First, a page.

Is Periodontal Treatment Treatable?
Approximately 80% of the population have some form of periodontal disease. This can be any type of infection that involves the supporting tissues of a tooth and includes the gums and the bone. Sometimes it is commonly called “Gum Disease ”.
These diseases are often painless until the much later stages, and therefore can go undetected until it is too late to save the teeth. If left untreated, gum disease can destroy the bone and tissues that surround and support the teeth, causing them to become loose and painful, and eventually be lost, even though the teeth themselves may be healthy.
Other signs and symptoms of gum disease include bleeding gums, bad breath or a bad taste, swellings and abscesses, receding gums, and loose and drifting teeth, although not everybody has these symptoms, and some people have none of them.
The endpoint is loose teeth that can’t be saved and are eventually lost. There is also increasing evidence to support the relationship of gum disease being a risk factor for heart disease, diabetes, rheumatoid arthritis and other inflammatory diseases and aspects of general health.
The main cause of gum disease is bacteria found in dental plaque. This is the sticky white film that forms on your teeth daily. The bacteria produce toxins, or poisons, that irritate the gums and cause them to become inflamed, so they may swell, turn red and bleed easily, particularly when brushing. This inflammation is known as gingivitis and can be resolved with effective oral hygiene and scaling.
However, in some cases and if left untreated, the bacteria start to cause inflammation of the supporting tissues around the teeth and therefore gradually destroy the gum, bone and ligament that hold the teeth in place. This is known as periodontitis.
The gums separate from the teeth, causing gaps known as pockets. If plaque is not removed effectively, it becomes hard and forms calculus, which is the yellow chalky substance you may have had scaled away by your dentist or hygienist, also known as tartar.
Likewise, plaque can fill the pockets, which you cannot then remove because you cannot clean more than 3mm below the gum line. Calculus, therefore, forms underneath the gums, in these pockets, creating a constant irritant and contributing to further destruction, bone loss, and eventually tooth loss.
Not everybody gets gum disease to the same degree. Some people may clean their teeth very well, and have severe disease, while others may not brush well at all, and have no problem. Each individual has a different susceptibility to the bacteria in their mouths. Factors that can contribute to greater destruction include smoking, stress, general health, some particular medical conditions, such as diabetes, certain medications and genetic factors.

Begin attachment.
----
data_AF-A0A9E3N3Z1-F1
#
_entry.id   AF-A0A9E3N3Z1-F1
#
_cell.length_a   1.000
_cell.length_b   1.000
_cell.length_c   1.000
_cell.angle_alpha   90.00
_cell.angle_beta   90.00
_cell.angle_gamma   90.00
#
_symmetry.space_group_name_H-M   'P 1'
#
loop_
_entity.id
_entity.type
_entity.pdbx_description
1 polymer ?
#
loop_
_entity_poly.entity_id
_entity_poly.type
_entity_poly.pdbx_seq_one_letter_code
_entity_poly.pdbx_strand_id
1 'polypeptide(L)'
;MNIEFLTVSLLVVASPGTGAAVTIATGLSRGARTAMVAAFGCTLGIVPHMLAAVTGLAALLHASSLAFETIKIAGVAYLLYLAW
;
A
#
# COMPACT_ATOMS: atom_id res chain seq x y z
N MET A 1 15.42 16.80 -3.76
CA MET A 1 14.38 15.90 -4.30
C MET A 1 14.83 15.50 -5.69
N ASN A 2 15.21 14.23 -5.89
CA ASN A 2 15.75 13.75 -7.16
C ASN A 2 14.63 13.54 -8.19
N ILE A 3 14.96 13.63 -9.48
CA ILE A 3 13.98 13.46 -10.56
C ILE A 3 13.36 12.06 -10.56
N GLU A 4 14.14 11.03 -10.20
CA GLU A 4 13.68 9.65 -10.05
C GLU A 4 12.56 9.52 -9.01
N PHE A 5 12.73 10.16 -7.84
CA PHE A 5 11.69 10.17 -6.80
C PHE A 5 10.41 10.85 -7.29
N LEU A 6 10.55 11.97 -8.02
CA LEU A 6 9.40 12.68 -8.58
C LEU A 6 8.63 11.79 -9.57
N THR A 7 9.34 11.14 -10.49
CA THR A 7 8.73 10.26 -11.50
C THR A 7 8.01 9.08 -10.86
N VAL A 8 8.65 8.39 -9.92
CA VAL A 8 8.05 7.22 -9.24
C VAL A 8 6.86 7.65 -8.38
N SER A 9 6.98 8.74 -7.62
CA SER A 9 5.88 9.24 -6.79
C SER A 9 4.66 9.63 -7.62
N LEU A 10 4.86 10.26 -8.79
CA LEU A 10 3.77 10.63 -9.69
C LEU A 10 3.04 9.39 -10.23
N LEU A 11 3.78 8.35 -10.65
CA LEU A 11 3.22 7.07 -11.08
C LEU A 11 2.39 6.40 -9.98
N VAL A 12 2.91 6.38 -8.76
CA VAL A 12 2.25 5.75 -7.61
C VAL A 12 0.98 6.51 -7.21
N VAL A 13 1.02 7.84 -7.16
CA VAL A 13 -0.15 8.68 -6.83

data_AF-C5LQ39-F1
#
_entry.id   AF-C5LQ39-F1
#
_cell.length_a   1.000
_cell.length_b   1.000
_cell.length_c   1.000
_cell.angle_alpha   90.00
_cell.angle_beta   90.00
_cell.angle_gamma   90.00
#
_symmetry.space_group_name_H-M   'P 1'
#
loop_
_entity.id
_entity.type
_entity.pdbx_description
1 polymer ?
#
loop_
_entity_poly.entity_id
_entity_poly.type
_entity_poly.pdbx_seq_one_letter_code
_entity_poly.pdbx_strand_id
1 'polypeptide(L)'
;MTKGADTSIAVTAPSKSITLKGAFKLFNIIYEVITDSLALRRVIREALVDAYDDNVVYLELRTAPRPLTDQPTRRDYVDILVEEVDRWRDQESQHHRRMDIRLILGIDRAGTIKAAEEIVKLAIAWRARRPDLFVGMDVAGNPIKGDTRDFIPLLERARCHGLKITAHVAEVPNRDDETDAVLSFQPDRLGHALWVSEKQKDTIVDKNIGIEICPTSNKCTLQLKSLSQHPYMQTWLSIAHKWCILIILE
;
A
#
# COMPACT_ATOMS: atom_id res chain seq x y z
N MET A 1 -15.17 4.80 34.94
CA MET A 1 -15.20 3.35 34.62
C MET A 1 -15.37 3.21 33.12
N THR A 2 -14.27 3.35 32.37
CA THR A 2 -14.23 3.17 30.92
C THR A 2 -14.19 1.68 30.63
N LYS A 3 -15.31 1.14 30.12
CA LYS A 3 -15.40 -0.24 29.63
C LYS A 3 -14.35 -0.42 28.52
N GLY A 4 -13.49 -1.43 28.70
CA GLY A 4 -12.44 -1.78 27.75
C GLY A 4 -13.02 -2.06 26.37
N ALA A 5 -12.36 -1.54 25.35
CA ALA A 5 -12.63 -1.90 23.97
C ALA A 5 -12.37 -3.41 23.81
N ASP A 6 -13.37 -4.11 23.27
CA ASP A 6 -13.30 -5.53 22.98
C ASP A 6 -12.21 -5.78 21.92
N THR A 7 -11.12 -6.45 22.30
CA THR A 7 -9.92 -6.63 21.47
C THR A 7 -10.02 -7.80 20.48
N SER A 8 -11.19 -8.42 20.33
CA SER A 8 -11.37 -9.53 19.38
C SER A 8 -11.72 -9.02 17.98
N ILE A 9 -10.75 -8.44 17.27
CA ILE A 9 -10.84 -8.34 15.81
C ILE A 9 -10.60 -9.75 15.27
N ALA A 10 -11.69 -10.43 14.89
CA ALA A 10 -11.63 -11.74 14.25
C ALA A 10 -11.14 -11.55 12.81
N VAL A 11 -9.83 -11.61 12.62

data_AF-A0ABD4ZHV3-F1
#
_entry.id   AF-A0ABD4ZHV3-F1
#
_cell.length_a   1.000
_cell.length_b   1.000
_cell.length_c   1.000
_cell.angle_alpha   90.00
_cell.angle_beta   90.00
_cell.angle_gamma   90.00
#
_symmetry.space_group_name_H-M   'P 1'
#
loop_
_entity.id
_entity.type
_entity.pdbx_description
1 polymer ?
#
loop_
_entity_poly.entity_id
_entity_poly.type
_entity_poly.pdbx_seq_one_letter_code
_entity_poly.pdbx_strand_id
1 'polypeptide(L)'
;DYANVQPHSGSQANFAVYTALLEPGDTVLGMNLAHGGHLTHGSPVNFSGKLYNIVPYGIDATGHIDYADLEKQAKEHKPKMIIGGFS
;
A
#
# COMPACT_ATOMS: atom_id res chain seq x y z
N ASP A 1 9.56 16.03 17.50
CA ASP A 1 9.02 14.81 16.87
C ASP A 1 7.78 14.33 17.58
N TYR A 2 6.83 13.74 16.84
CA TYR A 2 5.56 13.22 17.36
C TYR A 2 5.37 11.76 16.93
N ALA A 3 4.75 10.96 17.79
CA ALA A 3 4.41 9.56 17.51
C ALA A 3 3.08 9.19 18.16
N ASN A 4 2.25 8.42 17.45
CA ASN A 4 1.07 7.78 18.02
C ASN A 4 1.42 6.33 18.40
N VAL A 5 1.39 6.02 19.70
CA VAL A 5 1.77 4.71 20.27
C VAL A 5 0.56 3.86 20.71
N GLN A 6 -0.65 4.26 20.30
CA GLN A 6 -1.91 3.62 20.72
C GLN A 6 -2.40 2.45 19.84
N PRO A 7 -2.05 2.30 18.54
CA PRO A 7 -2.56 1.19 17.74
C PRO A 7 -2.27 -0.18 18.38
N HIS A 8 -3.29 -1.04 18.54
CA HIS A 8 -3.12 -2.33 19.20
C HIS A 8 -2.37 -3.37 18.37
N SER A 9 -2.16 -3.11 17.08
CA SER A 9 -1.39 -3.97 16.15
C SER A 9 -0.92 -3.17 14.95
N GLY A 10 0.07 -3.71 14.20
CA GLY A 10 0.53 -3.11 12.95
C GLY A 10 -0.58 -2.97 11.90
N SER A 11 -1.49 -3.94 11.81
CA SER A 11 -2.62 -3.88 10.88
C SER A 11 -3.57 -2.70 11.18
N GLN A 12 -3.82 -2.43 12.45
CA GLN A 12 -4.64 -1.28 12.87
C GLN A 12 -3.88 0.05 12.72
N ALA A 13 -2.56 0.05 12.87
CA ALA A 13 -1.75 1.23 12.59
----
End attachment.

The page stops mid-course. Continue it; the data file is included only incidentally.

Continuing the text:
THE AIMS OF TREATMENT
As already mentioned, even though mostly painless until the latter stages, gum disease doesn’t just go away, and will eventually lead to tooth loss if left untreated. The main aim is to stabilise the condition and prevent any further destruction, as well as helping to improve your general health. A tooth with less bone around it to support it can still function well, provided it is not at risk of losing further support.
In some cases, it may be possible and appropriate to attempt to reform, or regenerate, bone. Likewise, previously destroyed gum tissue (recession) can also be replaced.
These procedures are mostly surgical in nature and are usually delayed until the overall condition is stabilised to a degree. They are not always necessary in order to treat the disease successfully.
Other surgical procedures include bone regeneration, gum grafting to treat recession, preparation of soft and hard tissues for placement of dental implants, removing roots from teeth that have several roots in order to prolong the life of the tooth, lengthening the crown of teeth in order to facilitate placement of crowns or improve appearance, and placement of dental implants.
For more information on Gum Disease, contact us on 020 8506 0701 today and we’ll be able to provide you with further details on how we can help you.
Non-Surgical Periodontal Therapy Using Laser 2